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October 8, 2019 11:00 AM, EDT

US Small-Business Optimism Drops to Near Lowest Mark of Trump Era

Businesswoman poses in her chocolate shop Annie Rupani, owner of Cacao & Cardamom chocolate shop in Houston, smiles inside one of her stores Sept. 16, 2019. (David J. Phillip/Associated Press)

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U.S. small-business sentiment fell to near the lowest level of Donald Trump’s presidency, as tariffs and economic uncertainty increasingly weigh on the outlook for owners across the country.

The National Federation of Independent Business’ optimism index declined 1.3 points to 101.8 in September, the third drop in four months, according to data released Oct. 8. While the gauge remains elevated by historical standards, it’s the lowest since March and close to January’s 101.2, which was the weakest since Trump’s term began in early 2017. Analysts expected a reading of 102.

The report adds to signs that the economy is cooling but not yet sliding into recession. Data last week showed the U.S. added fewer jobs than expected in September, while services and manufacturing activity weakened. At the same time, unemployment at a half-century low indicates the labor market remains tight, and the Federal Reserve’s two straight interest-rate cuts should support growth.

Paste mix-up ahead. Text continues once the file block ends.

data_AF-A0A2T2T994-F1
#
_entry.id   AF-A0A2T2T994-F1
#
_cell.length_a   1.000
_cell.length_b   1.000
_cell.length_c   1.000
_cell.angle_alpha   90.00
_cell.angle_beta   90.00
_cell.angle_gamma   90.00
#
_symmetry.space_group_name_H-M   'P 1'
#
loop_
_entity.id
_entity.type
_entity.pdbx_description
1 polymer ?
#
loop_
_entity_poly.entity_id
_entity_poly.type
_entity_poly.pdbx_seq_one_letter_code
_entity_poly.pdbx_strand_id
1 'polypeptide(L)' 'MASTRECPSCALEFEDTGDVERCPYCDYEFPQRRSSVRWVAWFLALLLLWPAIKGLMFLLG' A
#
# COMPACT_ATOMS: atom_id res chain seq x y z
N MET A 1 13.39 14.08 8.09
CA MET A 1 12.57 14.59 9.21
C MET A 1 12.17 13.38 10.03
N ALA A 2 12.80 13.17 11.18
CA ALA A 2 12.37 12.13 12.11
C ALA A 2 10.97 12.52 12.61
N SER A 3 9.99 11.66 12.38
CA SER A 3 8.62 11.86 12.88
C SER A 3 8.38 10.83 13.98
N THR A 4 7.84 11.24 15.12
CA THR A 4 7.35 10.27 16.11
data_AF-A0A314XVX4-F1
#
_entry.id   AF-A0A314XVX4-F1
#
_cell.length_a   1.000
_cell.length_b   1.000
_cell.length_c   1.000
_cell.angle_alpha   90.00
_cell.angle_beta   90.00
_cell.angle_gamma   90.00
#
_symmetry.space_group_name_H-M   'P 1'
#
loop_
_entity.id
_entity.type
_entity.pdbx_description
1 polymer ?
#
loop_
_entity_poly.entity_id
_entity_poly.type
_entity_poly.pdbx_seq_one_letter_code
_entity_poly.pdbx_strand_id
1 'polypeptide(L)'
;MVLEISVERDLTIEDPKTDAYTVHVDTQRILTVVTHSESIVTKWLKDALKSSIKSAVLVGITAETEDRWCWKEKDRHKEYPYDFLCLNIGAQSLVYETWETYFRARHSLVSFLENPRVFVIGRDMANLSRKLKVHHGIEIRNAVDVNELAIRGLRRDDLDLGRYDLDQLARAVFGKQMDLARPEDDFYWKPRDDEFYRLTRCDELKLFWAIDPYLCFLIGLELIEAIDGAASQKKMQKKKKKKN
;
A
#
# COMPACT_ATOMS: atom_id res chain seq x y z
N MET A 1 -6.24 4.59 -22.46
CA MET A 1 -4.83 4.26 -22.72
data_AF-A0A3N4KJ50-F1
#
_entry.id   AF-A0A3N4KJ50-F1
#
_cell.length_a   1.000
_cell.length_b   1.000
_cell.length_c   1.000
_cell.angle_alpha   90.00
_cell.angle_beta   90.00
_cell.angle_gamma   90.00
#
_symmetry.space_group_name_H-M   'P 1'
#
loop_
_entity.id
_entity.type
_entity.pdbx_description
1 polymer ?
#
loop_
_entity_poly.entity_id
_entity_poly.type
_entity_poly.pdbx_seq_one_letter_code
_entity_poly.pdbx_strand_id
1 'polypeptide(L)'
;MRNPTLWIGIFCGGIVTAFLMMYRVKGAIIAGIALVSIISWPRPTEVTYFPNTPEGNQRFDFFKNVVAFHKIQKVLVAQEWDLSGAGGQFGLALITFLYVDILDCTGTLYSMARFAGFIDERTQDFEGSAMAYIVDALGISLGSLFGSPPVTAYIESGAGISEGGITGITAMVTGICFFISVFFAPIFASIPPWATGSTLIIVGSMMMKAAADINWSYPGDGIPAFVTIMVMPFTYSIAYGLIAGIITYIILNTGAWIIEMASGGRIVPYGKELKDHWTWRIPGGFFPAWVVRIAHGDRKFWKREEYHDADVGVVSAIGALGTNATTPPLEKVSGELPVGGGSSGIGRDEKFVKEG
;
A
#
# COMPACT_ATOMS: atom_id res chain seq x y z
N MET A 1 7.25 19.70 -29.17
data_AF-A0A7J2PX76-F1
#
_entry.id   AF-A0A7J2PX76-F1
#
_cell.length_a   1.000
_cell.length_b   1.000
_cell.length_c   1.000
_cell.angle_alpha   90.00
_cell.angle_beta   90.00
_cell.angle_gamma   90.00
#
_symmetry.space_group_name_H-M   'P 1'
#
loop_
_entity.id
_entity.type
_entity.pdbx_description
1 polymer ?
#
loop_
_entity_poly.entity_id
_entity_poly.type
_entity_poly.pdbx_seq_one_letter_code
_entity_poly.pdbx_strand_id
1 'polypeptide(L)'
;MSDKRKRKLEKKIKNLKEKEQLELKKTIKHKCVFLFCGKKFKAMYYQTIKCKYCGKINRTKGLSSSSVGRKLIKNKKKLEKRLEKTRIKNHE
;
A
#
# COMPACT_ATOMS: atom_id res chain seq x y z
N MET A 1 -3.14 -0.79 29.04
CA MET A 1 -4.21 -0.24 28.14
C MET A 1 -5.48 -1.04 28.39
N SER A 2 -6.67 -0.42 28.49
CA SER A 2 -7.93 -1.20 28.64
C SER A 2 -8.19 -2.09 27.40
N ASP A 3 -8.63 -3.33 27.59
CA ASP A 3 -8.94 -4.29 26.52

Most components in the NFIB index declined. Twenty-two percent of respondents said the next three months is a good time to expand, the lowest since February, and a net 9% said they expect business conditions to be better six months from now, the lowest since January.

The latest survey was based on responses from 603 NFIB members through Sept. 28.

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